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SHIP NOTES, SEAPORT

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custom flags; burgees, private signals 2828 canon street san diego, calif. 92106 tel : 619224-8118

Sail the Hudson on a Tall Ship 2 and 3-day crui ses from Alpine, NJ. Sleeps 18 in private cabins Gourmet meal s & entertain~ent. ¡ $189 and up.

Private Parties too! Call 201-265-9510 Classic Sail Dept. SH Box 340 River Edge, NJ 07661

S c - . lidwd -iu

THREE MASTED SCHOONER

(•NATALIE TODD*)

SAIUNGF~OM-2DAY MAINE BAR HARBOR

WINDJAMMER VACATIONS $199

FREE FOi.DER

(207) 546-2927

CAPT. PAGELS. BOX as. CHERRYFIELD, MAINE 04622

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Ocean Liner Memorabilia, etc. Send $2.00 for list. refundable on purchase.

49 NIAGARA ST. TORONTO, ONTARIO, CANAOA M5V 1C2

ANTIQUE & MODERN

MARINE CHRONOMETERS Bought, Sold and Serviced

J. Tuttle Maritime Books 1806 !Aurel Crest

Madison, WI 53705

J.P. Connor & Co. "The Chronometer Specialists" P.O. Box 305, Devon PA 19333 (Near Philadelphia) Tel: 215-644-1474

Catalog upon request of out-of-print books on the sea, ship and the sailor.

P.O. Box 369 258 Delaware Avenue Put-in-Bay, Ohio 43456

419-285-4231 Robert H. Stone William E. Timmerman

42

those from the Historic American Merchant Marine Survey (HAMMS), upon which the project is modelled, half-hull models and submerged shipwrecks. While the GLHSRP is interested in Lakes vessels from all periods, attention is now focussed on vessels of the nineteenth century, and half-models are therefore an especially important source of data. The project's computer consultant, Steve Killing, has designed a device which translates photographs into a bodyplan via a digitizing pen and tablet. (Other members of the project team are Maurice Smith, director of the Marine Museum of the Great Lakes, naval architect David Walker, and project historian Garth Wilson.) So far the GLHSRP has compiled lines plans, hydrostatic data and related articles for about sixty-five ships which are available for researchers. (Marine Museum of the Great Lakes at Kingston, 55 Ontario Street, Kingston, Ontario K7L 2Y2; 613 542-2261) The Sandusky-based steam paddlewheel excursion boat G. A. Boeckling has been dry docked at Merce Industries/ Toledo Shipyard. This marks the beginning of the second stage of work to see the passenger vessel of 1909 restored to steaming condition. Although there remains much to be done, especially fund-raising, the project is moving ahead confidently. An intriguing feature of the proposed restoration is to build from scratch a replica of theBoeckling 's original inclined compound reciprocating condensing 600hp steam engine. Although no plans have been found, engineers at the Skinner Engine company in Erie, Pennsylvania, feel they can reproduce the engine based on existing documentation. (Don Nath, President, Friends of the Boeckling, PO Box 736, Sandusky, OH 44870; 419 626-4747) At the tum of the century, if you wanted to go from Coos Bay, Oregon, to San Francisco, the transport of choice was the steam schooner, a unique West Coast design employed extensively in the Pacific lumber trade. The first of the estimated 225 steam schooners (known locally as the Scandinavian Navy) was probably built in the 1880s, and the type remained a relatively common sight until well into the 1940s. On 24-25 September, the National Maritime Museum in San Francisco will host a Steam Schooner Meet aboard W apama, the last surviving steam schooner. Sailors, mates, captains, engineers and passengers who worked and travelled in these ships are invited to gather for a day of eating, SEA HISTORY, SUMMER 1988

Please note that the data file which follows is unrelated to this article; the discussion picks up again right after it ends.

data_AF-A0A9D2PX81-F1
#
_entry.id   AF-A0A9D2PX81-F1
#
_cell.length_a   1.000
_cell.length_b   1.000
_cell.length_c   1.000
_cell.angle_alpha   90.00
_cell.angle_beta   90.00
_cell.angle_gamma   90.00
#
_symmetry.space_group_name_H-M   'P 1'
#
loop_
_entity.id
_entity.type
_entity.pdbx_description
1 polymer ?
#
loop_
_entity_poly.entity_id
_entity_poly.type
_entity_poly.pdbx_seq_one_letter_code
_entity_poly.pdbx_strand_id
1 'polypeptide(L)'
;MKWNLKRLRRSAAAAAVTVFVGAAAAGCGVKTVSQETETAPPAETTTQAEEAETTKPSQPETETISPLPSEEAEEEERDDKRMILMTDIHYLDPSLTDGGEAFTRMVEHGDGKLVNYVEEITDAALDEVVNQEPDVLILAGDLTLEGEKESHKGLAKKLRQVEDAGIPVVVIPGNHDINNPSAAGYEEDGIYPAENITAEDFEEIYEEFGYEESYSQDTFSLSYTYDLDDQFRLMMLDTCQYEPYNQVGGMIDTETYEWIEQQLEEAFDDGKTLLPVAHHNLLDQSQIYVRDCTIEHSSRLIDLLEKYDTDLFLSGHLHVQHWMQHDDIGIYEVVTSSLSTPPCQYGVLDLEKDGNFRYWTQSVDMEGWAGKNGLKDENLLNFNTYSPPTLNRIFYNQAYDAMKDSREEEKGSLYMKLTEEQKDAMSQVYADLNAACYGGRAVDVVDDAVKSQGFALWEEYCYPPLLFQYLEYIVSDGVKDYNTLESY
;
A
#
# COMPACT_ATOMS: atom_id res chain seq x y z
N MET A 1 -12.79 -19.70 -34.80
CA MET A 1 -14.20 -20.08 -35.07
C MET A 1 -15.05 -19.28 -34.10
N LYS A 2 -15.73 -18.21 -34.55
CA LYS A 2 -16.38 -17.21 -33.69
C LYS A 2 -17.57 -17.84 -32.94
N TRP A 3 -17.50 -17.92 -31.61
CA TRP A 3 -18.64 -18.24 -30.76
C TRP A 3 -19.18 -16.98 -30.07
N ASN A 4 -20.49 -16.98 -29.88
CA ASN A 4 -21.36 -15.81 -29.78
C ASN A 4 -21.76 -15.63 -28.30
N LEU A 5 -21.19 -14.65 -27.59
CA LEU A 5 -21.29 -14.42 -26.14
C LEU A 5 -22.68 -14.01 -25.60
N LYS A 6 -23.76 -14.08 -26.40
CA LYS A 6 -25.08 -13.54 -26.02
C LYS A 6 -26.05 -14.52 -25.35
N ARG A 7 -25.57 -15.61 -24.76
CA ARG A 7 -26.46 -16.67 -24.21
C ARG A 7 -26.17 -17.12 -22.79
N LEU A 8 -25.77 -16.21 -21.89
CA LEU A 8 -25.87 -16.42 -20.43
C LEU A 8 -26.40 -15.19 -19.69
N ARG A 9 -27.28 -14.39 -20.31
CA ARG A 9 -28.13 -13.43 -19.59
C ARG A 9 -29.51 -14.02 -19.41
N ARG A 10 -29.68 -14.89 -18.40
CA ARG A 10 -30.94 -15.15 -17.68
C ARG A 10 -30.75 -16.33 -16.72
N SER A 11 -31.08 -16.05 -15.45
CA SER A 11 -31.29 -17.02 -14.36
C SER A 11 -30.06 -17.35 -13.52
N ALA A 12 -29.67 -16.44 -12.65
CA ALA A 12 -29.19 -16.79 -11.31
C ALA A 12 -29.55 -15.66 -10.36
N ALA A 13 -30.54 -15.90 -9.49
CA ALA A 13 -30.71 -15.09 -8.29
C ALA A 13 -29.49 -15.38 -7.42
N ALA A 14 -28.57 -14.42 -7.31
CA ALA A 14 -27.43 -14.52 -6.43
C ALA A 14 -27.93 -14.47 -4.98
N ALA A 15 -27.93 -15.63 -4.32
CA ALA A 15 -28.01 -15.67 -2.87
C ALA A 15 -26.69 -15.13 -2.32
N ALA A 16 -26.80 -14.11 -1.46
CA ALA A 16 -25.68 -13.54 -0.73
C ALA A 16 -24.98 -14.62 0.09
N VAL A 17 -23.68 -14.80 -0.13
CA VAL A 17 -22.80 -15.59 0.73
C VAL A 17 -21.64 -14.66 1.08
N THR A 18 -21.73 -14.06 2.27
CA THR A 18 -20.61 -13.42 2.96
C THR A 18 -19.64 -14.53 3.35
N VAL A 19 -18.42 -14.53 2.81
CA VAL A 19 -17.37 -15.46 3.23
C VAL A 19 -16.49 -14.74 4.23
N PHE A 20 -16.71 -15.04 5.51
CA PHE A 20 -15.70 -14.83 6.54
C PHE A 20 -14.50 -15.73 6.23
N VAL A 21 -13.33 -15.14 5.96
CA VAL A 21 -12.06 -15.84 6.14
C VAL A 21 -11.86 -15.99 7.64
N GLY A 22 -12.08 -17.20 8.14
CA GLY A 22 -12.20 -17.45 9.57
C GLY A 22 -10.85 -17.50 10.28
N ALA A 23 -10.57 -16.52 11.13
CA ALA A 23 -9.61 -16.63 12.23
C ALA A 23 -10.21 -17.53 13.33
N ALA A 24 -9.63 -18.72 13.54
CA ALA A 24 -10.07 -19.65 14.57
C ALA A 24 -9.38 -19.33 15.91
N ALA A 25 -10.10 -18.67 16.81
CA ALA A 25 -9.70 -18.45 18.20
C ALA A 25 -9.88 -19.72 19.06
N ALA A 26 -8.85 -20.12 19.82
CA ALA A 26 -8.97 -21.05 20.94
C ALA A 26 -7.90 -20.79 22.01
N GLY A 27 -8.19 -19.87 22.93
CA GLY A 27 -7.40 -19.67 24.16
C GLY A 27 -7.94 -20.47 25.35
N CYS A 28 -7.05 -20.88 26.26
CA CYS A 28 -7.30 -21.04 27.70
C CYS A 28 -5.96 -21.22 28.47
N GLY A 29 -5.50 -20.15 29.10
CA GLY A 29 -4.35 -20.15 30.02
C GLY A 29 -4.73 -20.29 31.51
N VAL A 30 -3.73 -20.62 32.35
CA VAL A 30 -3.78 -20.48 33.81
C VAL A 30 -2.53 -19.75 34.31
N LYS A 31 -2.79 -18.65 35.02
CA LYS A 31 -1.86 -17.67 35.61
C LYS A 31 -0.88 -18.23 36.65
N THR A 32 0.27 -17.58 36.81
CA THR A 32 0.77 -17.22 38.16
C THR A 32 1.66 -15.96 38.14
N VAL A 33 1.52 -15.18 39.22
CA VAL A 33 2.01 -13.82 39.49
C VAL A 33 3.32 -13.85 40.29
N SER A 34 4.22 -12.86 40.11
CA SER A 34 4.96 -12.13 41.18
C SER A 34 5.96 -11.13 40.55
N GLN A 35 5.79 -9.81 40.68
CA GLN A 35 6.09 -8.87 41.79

Sea History 047 - Summer 1988  

6 NMHS PROJECTS: A TASK THAT HAS TO BE DONE, Talmage E. Simpkins • 8 WINNING THEIR WAY TO BERMUDA, William Robinson • 12 THE GREAT LAKES: CH...

Sea History 047 - Summer 1988  

6 NMHS PROJECTS: A TASK THAT HAS TO BE DONE, Talmage E. Simpkins • 8 WINNING THEIR WAY TO BERMUDA, William Robinson • 12 THE GREAT LAKES: CH...

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